The main differences between water based/borne and solvent based paints are -
I love solvent paints for their quick drying times, water based need a different approach in that you can't just rip off your masking or lightly sand for clearing or other layers etc. You generally need to let it air dry or use a hair dryer/heat gun to set it.
This just means you need to organise yourself a bit with your job flow.
This can be a personal preference thing, for me I find that you can get water based to spray nearly or just as good as a solvent, I've seen some awesome work done in water based paints. The main thing you will notice though (and what some people don't like about wb paints) is with water based you need to keep your ab clean/er than with solvents. Solvents are by nature self cleaning due to their chemical makeup, most spraying problems with waterbased paints are due to paint build up.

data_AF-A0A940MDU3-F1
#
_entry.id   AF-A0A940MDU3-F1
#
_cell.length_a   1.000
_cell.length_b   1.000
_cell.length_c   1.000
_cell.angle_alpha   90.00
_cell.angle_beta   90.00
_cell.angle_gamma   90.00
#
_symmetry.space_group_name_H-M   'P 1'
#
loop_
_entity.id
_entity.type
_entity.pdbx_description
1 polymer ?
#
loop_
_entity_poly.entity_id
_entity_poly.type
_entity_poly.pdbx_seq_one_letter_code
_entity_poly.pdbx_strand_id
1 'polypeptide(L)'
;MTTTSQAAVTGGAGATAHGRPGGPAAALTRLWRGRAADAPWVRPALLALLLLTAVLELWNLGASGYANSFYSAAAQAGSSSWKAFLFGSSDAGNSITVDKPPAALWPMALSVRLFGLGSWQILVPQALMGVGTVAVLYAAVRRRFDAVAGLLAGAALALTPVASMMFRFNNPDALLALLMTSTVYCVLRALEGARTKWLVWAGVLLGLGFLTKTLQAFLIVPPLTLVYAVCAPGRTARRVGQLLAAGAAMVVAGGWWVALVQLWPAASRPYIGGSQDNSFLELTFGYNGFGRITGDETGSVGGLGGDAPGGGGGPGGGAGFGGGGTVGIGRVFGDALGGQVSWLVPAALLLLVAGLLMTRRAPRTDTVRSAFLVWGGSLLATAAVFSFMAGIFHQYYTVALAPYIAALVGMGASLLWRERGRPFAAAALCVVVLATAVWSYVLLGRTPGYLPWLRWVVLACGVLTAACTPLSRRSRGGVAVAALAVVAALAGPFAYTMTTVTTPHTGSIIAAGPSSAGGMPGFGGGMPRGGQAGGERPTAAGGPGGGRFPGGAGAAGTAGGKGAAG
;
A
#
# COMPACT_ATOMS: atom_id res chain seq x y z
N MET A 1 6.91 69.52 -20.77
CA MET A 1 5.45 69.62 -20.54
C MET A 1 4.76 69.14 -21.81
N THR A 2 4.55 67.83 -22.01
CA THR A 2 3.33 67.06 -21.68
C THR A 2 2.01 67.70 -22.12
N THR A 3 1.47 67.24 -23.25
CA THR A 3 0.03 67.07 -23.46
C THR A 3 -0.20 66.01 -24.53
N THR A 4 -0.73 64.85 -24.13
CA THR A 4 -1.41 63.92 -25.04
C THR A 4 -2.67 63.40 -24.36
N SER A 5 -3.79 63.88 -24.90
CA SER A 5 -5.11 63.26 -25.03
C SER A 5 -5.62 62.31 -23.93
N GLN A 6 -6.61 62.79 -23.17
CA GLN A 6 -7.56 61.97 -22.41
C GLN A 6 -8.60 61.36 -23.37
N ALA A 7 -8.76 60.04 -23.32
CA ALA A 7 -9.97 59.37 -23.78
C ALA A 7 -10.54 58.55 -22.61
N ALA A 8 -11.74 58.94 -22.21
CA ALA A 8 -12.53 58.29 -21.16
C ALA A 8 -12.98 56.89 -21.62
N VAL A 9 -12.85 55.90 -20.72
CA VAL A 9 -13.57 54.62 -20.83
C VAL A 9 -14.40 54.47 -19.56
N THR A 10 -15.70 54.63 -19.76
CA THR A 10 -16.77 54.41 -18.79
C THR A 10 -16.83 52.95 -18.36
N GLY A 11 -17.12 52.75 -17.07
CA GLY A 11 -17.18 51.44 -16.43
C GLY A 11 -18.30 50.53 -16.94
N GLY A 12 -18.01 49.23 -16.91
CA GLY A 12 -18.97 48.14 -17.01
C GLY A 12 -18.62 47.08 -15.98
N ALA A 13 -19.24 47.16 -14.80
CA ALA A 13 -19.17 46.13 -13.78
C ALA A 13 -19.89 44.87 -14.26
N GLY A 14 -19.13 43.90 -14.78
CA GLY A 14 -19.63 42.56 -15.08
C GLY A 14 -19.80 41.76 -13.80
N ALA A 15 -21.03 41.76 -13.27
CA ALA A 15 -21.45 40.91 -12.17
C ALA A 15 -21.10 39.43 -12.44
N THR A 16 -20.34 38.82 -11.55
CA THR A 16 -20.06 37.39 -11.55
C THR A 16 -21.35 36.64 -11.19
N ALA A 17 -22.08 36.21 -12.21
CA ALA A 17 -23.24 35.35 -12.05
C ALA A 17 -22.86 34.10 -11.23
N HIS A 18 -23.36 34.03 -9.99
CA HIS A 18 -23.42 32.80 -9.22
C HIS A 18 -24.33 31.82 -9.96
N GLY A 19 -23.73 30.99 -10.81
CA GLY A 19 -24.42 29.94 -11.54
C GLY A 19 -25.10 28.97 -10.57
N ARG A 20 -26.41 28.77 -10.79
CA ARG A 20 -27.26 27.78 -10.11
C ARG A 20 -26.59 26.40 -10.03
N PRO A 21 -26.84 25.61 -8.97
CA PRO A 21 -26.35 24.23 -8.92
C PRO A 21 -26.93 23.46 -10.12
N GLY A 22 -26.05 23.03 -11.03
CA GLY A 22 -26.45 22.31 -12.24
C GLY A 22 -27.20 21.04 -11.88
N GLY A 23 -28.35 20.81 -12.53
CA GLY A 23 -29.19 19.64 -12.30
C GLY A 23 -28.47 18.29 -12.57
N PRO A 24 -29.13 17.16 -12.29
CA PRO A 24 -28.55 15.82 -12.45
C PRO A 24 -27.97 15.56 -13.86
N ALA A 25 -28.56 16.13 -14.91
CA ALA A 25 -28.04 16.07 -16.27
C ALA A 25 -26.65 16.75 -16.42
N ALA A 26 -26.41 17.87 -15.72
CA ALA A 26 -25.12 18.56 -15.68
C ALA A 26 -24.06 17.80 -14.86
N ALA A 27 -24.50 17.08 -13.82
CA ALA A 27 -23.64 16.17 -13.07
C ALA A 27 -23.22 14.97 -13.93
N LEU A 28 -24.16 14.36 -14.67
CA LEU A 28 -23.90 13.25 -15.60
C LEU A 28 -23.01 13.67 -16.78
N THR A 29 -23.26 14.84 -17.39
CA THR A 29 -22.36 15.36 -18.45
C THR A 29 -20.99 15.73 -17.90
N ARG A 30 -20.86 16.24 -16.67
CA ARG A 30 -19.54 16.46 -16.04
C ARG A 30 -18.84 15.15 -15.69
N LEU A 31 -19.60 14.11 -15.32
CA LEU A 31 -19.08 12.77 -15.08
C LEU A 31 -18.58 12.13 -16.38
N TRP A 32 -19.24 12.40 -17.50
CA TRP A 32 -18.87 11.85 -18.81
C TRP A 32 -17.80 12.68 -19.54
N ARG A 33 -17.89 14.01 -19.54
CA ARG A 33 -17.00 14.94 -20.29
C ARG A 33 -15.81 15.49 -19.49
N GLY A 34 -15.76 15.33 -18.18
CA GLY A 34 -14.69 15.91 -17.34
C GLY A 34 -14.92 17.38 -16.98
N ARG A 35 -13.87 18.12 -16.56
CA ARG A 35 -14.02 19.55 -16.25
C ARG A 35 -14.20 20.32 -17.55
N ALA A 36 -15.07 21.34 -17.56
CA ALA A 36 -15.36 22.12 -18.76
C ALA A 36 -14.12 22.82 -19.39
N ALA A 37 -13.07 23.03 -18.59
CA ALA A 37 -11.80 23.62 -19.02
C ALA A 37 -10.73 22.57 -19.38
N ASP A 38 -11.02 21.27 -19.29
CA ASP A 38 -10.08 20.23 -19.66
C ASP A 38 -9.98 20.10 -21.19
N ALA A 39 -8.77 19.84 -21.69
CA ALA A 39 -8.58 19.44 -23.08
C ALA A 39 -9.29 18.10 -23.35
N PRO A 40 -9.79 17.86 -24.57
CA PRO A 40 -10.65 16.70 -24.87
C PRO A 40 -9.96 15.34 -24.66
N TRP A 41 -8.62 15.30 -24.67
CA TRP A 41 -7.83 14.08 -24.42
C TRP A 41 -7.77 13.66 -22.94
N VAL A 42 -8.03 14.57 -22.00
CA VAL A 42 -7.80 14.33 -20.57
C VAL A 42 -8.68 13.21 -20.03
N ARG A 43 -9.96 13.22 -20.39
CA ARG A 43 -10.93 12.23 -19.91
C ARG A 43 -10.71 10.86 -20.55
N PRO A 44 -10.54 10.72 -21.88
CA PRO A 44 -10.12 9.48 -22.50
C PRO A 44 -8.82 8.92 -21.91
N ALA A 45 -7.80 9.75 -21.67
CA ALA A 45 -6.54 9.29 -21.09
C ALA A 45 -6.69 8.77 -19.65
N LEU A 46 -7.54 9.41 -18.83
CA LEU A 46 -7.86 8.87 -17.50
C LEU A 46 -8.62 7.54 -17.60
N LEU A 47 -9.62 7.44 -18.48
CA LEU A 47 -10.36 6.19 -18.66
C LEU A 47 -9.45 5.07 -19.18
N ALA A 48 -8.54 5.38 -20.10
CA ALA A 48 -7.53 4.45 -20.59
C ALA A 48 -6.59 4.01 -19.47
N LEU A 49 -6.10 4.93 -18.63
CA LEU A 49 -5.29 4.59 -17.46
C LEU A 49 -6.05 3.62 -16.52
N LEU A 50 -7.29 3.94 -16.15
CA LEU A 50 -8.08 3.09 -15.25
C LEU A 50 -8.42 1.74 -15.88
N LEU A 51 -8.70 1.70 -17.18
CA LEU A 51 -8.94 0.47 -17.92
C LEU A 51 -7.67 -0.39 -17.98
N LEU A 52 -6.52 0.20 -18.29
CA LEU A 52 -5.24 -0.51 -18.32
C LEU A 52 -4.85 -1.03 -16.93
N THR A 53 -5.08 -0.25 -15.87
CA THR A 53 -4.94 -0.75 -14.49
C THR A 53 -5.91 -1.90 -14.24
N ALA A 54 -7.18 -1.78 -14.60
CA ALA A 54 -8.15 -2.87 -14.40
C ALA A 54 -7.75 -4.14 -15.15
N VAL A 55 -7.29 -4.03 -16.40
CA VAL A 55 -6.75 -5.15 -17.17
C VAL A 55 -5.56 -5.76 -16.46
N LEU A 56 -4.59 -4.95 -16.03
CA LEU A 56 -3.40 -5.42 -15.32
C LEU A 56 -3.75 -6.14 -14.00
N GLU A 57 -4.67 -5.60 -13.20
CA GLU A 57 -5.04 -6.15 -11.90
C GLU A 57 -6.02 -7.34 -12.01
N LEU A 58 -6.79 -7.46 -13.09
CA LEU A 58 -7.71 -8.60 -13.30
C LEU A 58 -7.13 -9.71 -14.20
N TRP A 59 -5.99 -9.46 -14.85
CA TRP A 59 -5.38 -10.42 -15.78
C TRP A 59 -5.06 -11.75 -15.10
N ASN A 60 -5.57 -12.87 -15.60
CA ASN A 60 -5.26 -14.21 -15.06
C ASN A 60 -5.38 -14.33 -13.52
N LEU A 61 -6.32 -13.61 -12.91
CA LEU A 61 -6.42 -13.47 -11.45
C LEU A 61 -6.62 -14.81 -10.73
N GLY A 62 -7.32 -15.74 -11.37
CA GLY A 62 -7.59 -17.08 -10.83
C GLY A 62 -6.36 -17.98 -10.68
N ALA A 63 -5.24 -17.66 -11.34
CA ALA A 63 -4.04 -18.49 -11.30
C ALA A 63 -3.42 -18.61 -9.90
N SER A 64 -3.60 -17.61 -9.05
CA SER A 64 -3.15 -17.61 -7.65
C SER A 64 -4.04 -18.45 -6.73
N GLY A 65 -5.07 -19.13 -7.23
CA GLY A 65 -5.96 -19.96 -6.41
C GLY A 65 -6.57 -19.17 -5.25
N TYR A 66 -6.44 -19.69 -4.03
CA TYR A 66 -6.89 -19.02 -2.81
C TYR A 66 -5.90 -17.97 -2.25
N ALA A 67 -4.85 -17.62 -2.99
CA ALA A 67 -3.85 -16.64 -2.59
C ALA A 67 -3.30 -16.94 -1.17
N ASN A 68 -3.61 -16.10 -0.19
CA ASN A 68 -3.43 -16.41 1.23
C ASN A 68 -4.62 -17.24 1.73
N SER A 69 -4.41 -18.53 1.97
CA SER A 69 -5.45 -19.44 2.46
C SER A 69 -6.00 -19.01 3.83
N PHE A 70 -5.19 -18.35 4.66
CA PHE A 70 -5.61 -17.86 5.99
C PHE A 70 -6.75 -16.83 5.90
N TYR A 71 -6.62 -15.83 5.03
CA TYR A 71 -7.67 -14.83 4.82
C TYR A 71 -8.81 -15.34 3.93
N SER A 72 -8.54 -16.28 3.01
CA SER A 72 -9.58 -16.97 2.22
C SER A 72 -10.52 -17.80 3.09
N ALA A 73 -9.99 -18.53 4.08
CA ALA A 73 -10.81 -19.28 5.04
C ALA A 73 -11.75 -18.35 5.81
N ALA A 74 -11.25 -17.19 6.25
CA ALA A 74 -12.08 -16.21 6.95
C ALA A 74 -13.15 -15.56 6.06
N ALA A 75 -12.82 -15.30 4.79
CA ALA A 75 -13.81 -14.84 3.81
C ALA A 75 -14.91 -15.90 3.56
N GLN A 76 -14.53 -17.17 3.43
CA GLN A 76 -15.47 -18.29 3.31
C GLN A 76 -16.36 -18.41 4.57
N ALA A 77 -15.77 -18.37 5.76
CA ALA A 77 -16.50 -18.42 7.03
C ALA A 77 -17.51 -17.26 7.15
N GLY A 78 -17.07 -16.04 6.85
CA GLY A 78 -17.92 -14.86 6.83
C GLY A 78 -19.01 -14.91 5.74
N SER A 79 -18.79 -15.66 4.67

Water based paints are generally safer to use than solvent based, again due to their chemical makeup. The additives and mixing systems are usually more flexible as well. You still should where a mask with any paint regardless, this also goes for things like sanding and prepping your jobs, any airborne matter other than air is dangerous for your lungs.
Solvent based kandies are 'real' candies in that they use a dye instead of pigment. You can make a 'kandy like' paint with water based transparents by extreme extending with the base additive which some people have used with great results.
Unless you are doing some major custom work on expensive show cars and bikes etc, water based paint is a great all round paint. This is not to say that you can't use water based for these projects, some do with excellent results, it's just that most custom shops feel more comfortable using similar products for the whole job, i.e. solvent base coat, solvent artwork, solvent kandies then solvent clear. Makes sense.
Water based paint is making small inroads into this market though, it's your choice and both will work. Always do tests when mixing any paint systems though.
The reason you can use water based with solvents is that the water is just the 'carrier', once dry the piant is left which is similar to a solvent based paint. This is a very simple explanation so don't take it too seriously, but you get the idea